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Activities for Banned Books Week 2013 - Sept. 22-28, 2013

Sepetember 18, 2013
banned books week

Banned Books Week was launched in 1982 in response to a sudden surge in the number of challenges to books in schools, bookstores and libraries. More than 11,300 books have been challenged since 1982. According to the American Library Association, there were 464 challenges reported to the Office of Intellectual Freedom in 2012, and many more go unreported.

To celebrate 2013 Banned Books Week, the Rutgers University Libraries have organized the following activities:

  • The Art Library will host a themed exhibit of 2-dimensional READ posters of members of the Rutgers community reading banned books. While viewing the exhibit, individuals may take their photograph on a pre-printed READ poster background. Also on display at the Art Library is a Modernist Photography Exhibit curated by Dalynn Knigge, MLIS candidate in the School of Communication & Information. Both exhibits will run through October 2013.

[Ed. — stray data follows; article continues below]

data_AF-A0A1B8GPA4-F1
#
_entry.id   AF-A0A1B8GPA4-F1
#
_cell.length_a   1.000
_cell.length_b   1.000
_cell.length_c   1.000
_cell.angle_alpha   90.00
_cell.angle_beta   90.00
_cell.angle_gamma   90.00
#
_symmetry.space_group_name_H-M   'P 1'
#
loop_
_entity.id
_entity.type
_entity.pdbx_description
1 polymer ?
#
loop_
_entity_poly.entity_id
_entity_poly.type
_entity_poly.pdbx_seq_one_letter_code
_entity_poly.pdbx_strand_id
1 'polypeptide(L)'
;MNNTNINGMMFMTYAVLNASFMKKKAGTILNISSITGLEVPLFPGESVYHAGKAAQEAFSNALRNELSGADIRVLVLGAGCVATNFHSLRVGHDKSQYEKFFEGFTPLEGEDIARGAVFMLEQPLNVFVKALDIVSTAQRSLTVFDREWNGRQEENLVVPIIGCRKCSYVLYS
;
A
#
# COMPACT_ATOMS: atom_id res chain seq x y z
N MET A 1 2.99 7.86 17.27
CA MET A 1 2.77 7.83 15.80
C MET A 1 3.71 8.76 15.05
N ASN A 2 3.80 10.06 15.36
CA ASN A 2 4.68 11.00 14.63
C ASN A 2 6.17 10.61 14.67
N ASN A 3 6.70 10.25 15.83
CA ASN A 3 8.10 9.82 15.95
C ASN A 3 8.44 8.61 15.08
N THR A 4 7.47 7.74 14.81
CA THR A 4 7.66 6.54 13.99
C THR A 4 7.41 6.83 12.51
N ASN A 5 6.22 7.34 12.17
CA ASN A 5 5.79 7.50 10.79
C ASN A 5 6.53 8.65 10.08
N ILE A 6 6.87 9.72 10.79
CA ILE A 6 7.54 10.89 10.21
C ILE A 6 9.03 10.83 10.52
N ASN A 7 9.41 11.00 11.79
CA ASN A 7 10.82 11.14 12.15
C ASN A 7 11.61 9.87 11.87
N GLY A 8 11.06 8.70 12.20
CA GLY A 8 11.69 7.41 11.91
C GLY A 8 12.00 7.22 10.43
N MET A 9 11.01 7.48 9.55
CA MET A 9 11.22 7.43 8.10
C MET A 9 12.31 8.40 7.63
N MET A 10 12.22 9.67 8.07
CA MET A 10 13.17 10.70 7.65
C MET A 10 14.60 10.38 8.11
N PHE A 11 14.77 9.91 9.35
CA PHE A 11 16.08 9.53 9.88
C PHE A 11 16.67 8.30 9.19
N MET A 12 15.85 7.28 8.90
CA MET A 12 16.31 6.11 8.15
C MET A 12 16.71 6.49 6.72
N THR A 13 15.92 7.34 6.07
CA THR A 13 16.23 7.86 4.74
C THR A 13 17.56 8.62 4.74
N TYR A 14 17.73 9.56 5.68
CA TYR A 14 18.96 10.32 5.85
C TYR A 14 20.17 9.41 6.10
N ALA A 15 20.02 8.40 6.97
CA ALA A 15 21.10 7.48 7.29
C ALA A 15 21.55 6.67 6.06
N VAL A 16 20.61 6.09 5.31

• On display at Alexander Library and in the lobby of the Medical Education building will be Did You Know posters: Medical Books: Banned, Recalled and Objectionable. Depicted are books by four authors whose works were burned by the US government, boycotted by a professional association, banned by the British government, and violated medical ethics.
  • On display at the George F. Smith Library of the Health Sciences (Newark) will be the Atlas of topographical and applied human anatomy” by Eduard Pernkopf, the German edition published in 1937 where it is asserted and believed by many to be of Nazi origin. Pernkopf was a leading Nazi who became Dean of the University of Vienna Faculty of Medicine after Germany annexed Austria in 1938. The first English translation was published in 1963 and is part of the library’s collection. Also on display will be an article about the controversial atlas from the Bulletin of the Medical Library Association in 2001 and letters to the editor published in the Journal of the American Medical Association in 1996 raising strong objections.
  • A group of Rutgers students reading banned books will be part of the American Library Association’s annual Virtual ReadOut. Check out the Banned Books Week Virtual Read-Out channel on YouTube to see our Rutgers students and others from across the country.
  • Nancy Kranich will facilitate a Privacy Conversation Forum, “Who do I Trust to Protect my Privacy?”, on Thursday, September 26, from 4:00 pm to 6:00 pm in the Pane Room, Alexander Library. For more information on this event, please see the event story: Who do you trust to protect your privacy?

For more information about Banned Books Week, please see:>